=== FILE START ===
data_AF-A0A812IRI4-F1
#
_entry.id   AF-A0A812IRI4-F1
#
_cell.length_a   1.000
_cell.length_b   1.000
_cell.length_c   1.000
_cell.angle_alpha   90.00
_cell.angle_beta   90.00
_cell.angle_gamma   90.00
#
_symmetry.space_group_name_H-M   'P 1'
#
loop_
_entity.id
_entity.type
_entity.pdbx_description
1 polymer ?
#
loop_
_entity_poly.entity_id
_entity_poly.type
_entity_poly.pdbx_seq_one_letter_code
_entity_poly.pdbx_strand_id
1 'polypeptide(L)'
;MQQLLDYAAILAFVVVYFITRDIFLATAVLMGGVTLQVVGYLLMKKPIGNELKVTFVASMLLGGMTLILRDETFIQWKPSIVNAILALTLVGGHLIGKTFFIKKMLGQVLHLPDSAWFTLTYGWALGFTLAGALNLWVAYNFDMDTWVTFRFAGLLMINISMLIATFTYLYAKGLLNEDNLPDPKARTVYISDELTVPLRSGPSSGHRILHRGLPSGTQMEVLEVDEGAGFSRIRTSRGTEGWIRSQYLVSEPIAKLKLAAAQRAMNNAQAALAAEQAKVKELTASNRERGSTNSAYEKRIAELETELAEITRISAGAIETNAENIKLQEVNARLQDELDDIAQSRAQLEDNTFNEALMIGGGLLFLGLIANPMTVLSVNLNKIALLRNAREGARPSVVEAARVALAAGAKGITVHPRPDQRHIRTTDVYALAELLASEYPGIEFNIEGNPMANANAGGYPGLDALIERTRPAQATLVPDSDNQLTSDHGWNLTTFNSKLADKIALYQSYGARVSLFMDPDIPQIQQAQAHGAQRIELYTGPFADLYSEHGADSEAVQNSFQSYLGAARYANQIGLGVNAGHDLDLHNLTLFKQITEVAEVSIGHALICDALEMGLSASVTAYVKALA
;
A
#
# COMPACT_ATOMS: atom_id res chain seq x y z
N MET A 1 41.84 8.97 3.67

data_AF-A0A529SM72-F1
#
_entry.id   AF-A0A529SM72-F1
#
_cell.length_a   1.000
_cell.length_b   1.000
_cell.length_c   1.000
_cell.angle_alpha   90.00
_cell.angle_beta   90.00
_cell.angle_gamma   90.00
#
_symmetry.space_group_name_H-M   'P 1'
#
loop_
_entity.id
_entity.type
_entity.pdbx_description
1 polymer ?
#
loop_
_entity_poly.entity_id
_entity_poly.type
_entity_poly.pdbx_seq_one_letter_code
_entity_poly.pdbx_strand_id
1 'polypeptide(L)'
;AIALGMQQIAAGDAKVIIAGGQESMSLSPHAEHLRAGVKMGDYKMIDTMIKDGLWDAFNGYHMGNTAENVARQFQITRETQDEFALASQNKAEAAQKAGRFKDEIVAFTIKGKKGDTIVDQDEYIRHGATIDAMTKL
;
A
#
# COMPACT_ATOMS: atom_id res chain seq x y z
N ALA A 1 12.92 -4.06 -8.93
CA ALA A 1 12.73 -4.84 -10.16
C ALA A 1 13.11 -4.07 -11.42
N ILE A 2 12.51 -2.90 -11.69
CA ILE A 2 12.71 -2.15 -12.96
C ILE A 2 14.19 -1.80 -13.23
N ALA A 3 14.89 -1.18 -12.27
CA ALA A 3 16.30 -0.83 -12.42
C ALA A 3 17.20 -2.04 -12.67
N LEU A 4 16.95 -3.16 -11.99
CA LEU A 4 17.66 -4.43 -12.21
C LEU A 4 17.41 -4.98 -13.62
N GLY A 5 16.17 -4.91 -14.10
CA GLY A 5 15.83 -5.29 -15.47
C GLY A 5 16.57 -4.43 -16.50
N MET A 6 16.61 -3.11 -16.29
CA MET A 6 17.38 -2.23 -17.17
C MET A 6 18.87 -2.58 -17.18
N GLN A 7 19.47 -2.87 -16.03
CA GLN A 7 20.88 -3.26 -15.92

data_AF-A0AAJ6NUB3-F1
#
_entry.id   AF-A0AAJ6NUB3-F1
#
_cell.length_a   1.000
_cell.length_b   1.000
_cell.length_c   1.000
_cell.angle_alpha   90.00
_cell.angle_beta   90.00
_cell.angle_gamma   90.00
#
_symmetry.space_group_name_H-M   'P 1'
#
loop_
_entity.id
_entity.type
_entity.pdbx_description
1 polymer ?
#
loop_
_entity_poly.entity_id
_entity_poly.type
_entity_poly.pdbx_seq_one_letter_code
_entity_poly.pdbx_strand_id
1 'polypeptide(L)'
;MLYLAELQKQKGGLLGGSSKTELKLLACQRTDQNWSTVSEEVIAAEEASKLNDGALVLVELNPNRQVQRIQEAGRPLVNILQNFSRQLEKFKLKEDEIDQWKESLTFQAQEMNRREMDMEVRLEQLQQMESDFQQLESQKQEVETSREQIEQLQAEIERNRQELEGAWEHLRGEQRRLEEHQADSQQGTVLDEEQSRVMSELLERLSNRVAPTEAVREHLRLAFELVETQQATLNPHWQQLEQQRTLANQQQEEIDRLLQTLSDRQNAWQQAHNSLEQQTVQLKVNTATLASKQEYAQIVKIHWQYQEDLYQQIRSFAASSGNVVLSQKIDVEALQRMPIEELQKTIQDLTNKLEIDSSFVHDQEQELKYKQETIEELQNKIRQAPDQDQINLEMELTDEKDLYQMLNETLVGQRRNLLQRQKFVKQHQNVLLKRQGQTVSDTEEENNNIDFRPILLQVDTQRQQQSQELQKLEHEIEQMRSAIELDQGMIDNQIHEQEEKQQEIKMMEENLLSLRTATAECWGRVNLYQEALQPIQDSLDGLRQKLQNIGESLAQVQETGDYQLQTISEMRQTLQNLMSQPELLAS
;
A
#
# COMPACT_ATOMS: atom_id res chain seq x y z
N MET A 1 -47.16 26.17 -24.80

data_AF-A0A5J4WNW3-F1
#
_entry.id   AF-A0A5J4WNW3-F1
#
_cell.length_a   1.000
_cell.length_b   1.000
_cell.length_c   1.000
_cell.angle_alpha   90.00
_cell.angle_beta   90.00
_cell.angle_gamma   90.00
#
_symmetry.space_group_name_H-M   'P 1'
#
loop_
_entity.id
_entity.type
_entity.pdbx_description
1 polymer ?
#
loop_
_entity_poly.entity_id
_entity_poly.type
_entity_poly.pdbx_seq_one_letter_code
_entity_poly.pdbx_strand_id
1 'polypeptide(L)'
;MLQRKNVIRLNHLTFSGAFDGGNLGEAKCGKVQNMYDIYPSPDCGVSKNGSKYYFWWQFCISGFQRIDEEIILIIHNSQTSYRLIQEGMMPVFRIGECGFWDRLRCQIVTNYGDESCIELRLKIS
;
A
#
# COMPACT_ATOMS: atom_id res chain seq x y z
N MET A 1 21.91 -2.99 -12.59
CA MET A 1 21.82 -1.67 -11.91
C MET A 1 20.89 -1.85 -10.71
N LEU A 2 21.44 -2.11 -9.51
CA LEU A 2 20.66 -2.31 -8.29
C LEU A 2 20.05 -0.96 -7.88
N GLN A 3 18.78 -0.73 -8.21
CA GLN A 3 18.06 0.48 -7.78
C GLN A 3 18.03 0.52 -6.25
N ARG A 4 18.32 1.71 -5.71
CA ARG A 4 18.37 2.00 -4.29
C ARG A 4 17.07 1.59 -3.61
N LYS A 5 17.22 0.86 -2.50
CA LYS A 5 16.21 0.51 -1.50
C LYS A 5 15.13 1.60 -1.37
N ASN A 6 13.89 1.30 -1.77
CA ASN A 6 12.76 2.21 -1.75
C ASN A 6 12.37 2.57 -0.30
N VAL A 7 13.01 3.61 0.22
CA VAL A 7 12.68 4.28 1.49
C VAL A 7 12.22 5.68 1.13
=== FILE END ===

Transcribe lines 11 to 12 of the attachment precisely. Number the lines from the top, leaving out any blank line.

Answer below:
#
_symmetry.space_group_name_H-M   'P 1'